Supermassive black holes change the central regions of galaxies

Artist’s composition: Supermassive black holes modify the distribution of dense gas in the central regions of galaxies. Credits: HST and C. Ramos Almeida.

Cristina Ramos Almeida, a researcher at the Instituto de Astrofísica de Canarias (IAC), has led research which used data from the ALMA telescope in Chile to understand how supermassive black holes impact the host galaxies they inhabit. The results are published today in the journal Astronomy & Astrophysics.

The supermassive black holes in the centres of galaxies play an important role in regulating their growth, but we still don’t know exactly how this happens or under what circumstances. What we do know is that it occurs during a phase when the black hole is consuming material from the galaxy at a high rate, and its mass is growing quickly. During this phase we say that the galaxy has an active nucleus (or AGN).

These periods of nuclear activity can recur, as long as there is gas available to feed the black hole. One of its effects are the winds of gas driven outwards from the centre of the galaxy by the energy liberated by the active nucleus or other related phenomena. When the gas in these winds is tenuous, they can reach velocities of up to thousands km/s, while for dense gas these velocities only reach hundreds km/s. For the most energetic AGNs, such as some quasars, the winds can drive out all the gas in the centre of a galaxy, preventing further star formation.

To study the dense and cold winds (at temperatures of less than -170º C), it is necessary to use telescopes such as the Atacama Large Millimetre/submillimetre Array (ALMA), which observes radiation at millimetre and submillimetre wavelengths, which lie between the infrared and the radio. ALMA is an interferometer comprising 66 high precision movable antennas, which have a maximum separation of 16 km. This allows the study of galaxies in unprecedented detail in this wavelength range.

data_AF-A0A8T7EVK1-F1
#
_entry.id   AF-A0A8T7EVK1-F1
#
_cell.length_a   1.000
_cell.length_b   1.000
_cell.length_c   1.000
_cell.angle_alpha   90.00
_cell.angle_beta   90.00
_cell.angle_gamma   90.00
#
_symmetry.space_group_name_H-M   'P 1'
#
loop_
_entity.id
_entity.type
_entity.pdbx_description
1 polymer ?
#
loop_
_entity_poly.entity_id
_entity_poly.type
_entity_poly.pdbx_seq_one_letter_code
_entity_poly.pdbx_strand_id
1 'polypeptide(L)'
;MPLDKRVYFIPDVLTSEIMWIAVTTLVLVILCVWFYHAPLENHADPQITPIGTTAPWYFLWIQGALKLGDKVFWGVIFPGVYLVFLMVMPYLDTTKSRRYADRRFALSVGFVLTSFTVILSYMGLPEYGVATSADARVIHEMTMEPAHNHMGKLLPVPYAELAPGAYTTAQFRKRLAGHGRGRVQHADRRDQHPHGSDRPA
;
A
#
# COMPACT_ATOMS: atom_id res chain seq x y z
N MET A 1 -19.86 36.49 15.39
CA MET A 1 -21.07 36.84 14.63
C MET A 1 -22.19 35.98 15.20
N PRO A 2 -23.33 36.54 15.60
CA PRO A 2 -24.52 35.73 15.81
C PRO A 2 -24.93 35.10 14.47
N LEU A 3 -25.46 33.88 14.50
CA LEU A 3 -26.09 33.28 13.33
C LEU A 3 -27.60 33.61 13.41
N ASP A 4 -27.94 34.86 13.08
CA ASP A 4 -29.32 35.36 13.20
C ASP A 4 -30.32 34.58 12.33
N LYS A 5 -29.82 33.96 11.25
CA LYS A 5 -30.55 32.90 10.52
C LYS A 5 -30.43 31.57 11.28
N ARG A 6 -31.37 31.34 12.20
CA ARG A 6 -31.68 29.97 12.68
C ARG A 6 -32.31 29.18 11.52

Using data from active galaxies obtained with ALMA an article is being published today in the journal Astronomy & Astrophysics by an international team led by IAC researcher Cristina Ramos Almeida. In the article the authors analyse data from a sample of seven highly energetic quasars in the local universe. This work is part of the project “QSOFEED” , whose aim is to understand how supermassive black holes affect the galaxies that host them.

 “ALMA has let us study the winds of cold molecular gas from these quasars using emission from the carbon monoxide molecule”, explains Ramos Almeida. “This analysis is important because this cold dense gas is the material from which new stars are formed, and until now there has not been data of this high quality and resolution for a set of dust-obscured quasars in the local universe”. This type of quasar is interesting because it may be a key phase during which the active nucleus is evacuating and consuming gas at a very high rate, which will then give way to a non-obscured phase. Studying these nearby objects is key to understanding what happened in these types of galaxies when the universe had only a quarter of its present age”.

Based on the new data from ALMA the team have discovered that the molecular winds are mainly coplanar with the disc where the majority of the molecular gas is found, and they are relatively compact and slow, reaching maximum velocities of only 200-350 km/s. Nevertheless these winds, together with the action of radio jets in some cases, are responsible for modifying the content and the distribution of the gas in these central regions (the central kiloparsec, which corresponds to ~3300 light years). “Even though the total content of molecular gas in the host galaxies is not significantly changed, the innermost regions are disrupted by the action of these winds” says Anelise Audibert, an IAC researcher who is a co-author of the article.

The next step is to observe a larger sample of obscured quasars with MEGARA, an instrument installed on the Gran Telescopio CANARIAS (GTC), and with ALMA, to characterize its ionized and molecular winds. “We also want to investigate the stellar populations of the host galaxies, to see if the most extreme winds are those which have had the greatest effect on the formation of new stars. This will let us quantify directly the effect of AGN feedback” concludes Patricia Bessiere, an IAC researcher and another co-author of the article, whose research is centred on this aspect of the project.


Artículo: C. Ramos Almeida, M. Bischetti, S. García-Burillo, A. Alonso-Herrero, A. Audibert, C. Cicone, C. Feruglio, C. N. Tadhunter, J. C. S. Pierce, M. Pereira-Santaella, P. S. Bessiere. The diverse cold molecular gas contents, morphologies, and kinematics of type-2 quasars as seen by ALMA. Astronomy & Astrophysics, 658, A155,


IAC contacts:

Cristina Ramos Almeida (cra [at] (cra[at]

Anelise Audibert (jap [at] (anelise.audibert[at]

Patricia Bessiere (jap [at] (patricia.bessiere[at]